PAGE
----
authoritative, for example).
In applying this standard to the present case, the ALJ ultimately found that
Ledlow’s medically determinable impairments could reasonably be expected to cause
“some pain and limitations.” (Tr. 22). However, the ALJ determined that “the
claimant’s statements concerning the intensity, persistence and limiting effects of these
symptoms are not credible to the extent they are inconsistent with the above residual
functional capacity assessment.” Id. The ALJ found that the medical evidence
submitted by Ledlow supported only a residual functional capacity (“RFC”) of light
work with several restrictions. (Tr. 21-26).
The court agrees with Ledlow’s argument that the ALJ’s decision to discredit
his testimony was not supported by substantial evidence. Specifically, the ALJ failed
to provide “explicit and adequate reasons” for rejecting Ledlow’s testimony as to the
severity of his symptoms, as he is required to do. See Foote, 67 F.3d at 1559. In his
decision, the ALJ summarizes Ledlow’s testimony, but then, after reciting the standard
language finding the claimant’s statements not to be entirely credible, fails to provide
specific reasons to discredit any of Ledlow’s statements. (Tr. 22). Instead, without
explaining why he considers them to be inconsistent with Ledlow’s testimony, the ALJ
merely summarizes various pieces of evidence:
that Ledlow was able to work until he suffered a shoulder injury on
October 2, 2010, despite already having the other impairments
before that date;
that he reported in September 2012 that he did not take his blood
pressure medication regularly;
that he had been able to work before the injury despite being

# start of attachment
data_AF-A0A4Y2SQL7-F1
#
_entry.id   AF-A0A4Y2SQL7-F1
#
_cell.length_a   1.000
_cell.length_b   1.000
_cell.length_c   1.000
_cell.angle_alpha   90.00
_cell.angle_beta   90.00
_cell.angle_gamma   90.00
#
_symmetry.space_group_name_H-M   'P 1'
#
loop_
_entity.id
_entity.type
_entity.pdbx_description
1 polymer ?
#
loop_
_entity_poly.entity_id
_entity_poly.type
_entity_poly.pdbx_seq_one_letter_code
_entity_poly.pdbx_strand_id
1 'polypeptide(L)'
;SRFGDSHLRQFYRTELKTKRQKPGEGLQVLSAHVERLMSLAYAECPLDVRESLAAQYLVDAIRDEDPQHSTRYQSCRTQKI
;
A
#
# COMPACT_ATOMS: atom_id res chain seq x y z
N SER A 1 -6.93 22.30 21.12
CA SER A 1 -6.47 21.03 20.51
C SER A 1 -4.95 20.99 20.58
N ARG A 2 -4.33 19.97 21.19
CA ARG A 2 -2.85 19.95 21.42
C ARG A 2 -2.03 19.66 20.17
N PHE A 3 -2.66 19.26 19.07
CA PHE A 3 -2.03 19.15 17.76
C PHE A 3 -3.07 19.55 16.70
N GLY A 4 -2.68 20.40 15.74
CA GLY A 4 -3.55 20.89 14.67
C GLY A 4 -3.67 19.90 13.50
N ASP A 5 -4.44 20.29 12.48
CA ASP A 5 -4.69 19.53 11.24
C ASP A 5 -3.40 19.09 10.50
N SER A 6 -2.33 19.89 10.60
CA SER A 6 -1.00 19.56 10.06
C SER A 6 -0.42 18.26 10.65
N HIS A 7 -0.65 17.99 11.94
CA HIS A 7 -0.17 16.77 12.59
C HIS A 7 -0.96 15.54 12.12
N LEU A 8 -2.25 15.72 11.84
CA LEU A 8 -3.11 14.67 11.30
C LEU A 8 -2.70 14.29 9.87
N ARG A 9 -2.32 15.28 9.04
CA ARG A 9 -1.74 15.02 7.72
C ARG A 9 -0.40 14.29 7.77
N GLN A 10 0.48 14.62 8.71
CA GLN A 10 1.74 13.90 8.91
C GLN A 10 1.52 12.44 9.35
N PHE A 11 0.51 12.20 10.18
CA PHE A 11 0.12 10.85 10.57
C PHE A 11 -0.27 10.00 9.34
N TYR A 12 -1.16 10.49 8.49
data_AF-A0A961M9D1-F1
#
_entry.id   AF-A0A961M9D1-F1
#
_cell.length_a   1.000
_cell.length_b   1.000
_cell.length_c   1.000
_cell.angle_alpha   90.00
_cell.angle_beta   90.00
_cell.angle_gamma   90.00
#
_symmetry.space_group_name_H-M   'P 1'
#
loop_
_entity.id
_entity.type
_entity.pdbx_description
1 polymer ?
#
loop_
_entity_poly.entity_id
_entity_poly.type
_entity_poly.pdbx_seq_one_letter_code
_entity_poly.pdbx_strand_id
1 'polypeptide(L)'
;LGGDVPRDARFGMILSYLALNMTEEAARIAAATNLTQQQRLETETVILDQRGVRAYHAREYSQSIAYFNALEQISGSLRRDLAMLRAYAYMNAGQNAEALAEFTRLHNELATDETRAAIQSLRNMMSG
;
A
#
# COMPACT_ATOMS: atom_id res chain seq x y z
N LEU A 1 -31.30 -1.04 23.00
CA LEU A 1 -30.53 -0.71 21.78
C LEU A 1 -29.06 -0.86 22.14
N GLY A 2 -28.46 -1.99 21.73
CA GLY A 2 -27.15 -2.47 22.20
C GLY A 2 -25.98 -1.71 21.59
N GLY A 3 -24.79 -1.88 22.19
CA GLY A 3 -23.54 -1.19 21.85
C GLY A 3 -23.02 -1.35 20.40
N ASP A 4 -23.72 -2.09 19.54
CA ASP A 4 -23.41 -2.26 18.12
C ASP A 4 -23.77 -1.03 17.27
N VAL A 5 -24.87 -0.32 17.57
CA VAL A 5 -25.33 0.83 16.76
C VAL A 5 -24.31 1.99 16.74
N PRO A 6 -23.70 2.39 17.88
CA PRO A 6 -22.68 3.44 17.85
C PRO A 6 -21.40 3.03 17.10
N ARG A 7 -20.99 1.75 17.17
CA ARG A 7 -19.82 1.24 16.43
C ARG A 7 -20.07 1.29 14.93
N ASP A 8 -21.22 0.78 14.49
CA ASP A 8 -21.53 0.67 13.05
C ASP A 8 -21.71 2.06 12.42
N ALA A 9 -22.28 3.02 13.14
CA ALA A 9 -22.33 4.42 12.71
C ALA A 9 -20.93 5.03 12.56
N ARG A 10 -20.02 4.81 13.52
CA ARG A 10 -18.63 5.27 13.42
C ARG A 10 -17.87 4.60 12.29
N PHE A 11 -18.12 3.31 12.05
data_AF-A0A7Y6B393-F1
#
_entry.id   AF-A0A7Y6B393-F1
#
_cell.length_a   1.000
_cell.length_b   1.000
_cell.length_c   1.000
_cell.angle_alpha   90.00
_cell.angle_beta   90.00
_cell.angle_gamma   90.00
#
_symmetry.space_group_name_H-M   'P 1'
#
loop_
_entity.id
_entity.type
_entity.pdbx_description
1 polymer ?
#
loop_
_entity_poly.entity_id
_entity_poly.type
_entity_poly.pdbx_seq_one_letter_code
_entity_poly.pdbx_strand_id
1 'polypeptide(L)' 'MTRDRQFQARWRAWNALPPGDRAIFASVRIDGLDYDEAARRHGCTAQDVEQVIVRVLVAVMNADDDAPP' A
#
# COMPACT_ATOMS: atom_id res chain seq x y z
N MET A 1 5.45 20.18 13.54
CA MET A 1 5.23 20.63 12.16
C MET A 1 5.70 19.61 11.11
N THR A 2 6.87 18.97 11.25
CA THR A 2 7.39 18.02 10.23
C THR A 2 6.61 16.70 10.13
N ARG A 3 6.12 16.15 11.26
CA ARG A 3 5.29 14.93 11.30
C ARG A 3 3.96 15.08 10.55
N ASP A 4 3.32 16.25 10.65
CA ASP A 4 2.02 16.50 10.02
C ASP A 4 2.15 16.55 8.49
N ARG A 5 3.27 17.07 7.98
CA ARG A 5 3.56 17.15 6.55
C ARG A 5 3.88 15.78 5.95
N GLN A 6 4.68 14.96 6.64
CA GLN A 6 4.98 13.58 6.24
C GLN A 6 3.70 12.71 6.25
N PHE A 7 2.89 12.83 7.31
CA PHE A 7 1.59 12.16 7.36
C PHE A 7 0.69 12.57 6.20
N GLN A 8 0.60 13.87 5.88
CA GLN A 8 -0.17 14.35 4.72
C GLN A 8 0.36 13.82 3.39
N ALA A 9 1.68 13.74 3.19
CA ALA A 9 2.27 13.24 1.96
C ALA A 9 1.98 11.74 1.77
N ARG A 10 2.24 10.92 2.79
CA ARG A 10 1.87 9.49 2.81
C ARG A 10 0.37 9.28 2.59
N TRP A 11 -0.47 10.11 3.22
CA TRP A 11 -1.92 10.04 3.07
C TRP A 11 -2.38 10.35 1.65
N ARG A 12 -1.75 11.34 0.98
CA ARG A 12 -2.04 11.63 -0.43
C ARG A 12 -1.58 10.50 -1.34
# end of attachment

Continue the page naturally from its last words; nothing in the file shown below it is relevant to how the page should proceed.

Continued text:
morbidly obese; and
that he was discharged from physical therapy by Dr. Powell (the
doctor who operated on his shoulder injury) on February 23, 2011
without any specific work restrictions.
(Tr. 22-23). In this case, without explanation from the ALJ, the court is unable to
surmise how any of this evidence discredits Ledlow’s statements about the extent of
his pain since the injury he suffered on October 2, 2010. The first and third pieces of
evidence merely show that Ledlow’s previous medical problems did not prevent him
from working before the alleged onset date. The second shows only that his
hypertension was not a disabling impairment. None of these relate to the effects of
Ledlow’s shoulder injury, which he has alleged to be the basis of his disability.
As to the fourth piece of evidence, the ALJ’s analysis4 is an extremely tenuous
basis for discrediting Ledlow. The ALJ writes, "Dr. Powell did not report that the
claimant was unable to perform at least a range of light work. He merely reported that
he did not know if the claimant was able to return to coal mining, ordinarily considered
In fairness to the ALJ, it is not clear from his decision whether he intended his
discussion of this evidence to serve as a means of discrediting Ledlow’s subjective reports. The
court finds it possible that the ALJ might have been treating Dr. Powell’s records as affirmative
support for his RFC findings, not using this evidence as a reason to discredit Ledlow’s tetimony.
(See Tr. 22-23).
much heavier work. However, he indicated no specific work restrictions." (Tr. 23). The
absence of a statement that Ledlow was unable to perform light work is not equivalent
to an affirmative statement that he was so able. In fact, the progress note from Dr.
Powell stated that Ledlow was being discharged from physical therapy because he was
"unable to progress work conditioning" further "due to significant knee instability and
pain" and that he "experienced moderate shoulder soreness and overall physical
fatigue, requiring frequent rest breaks." (Tr. 399). It is difficult to see how this report
is inconsistent with Ledlow's allegations of pain; if anything, it seems to confirm a
significant level of shoulder symptoms.
Later in his opinion, in the midst of explaining why he assigned little weight to
the opinions of the examining neurologist, Dr. Todorov, the ALJ does mention one
particular supposed inconsistency between Ledlow’s testimony and other medical
evidence. The ALJ writes, “The claimant testified at the hearing that he had level 8 to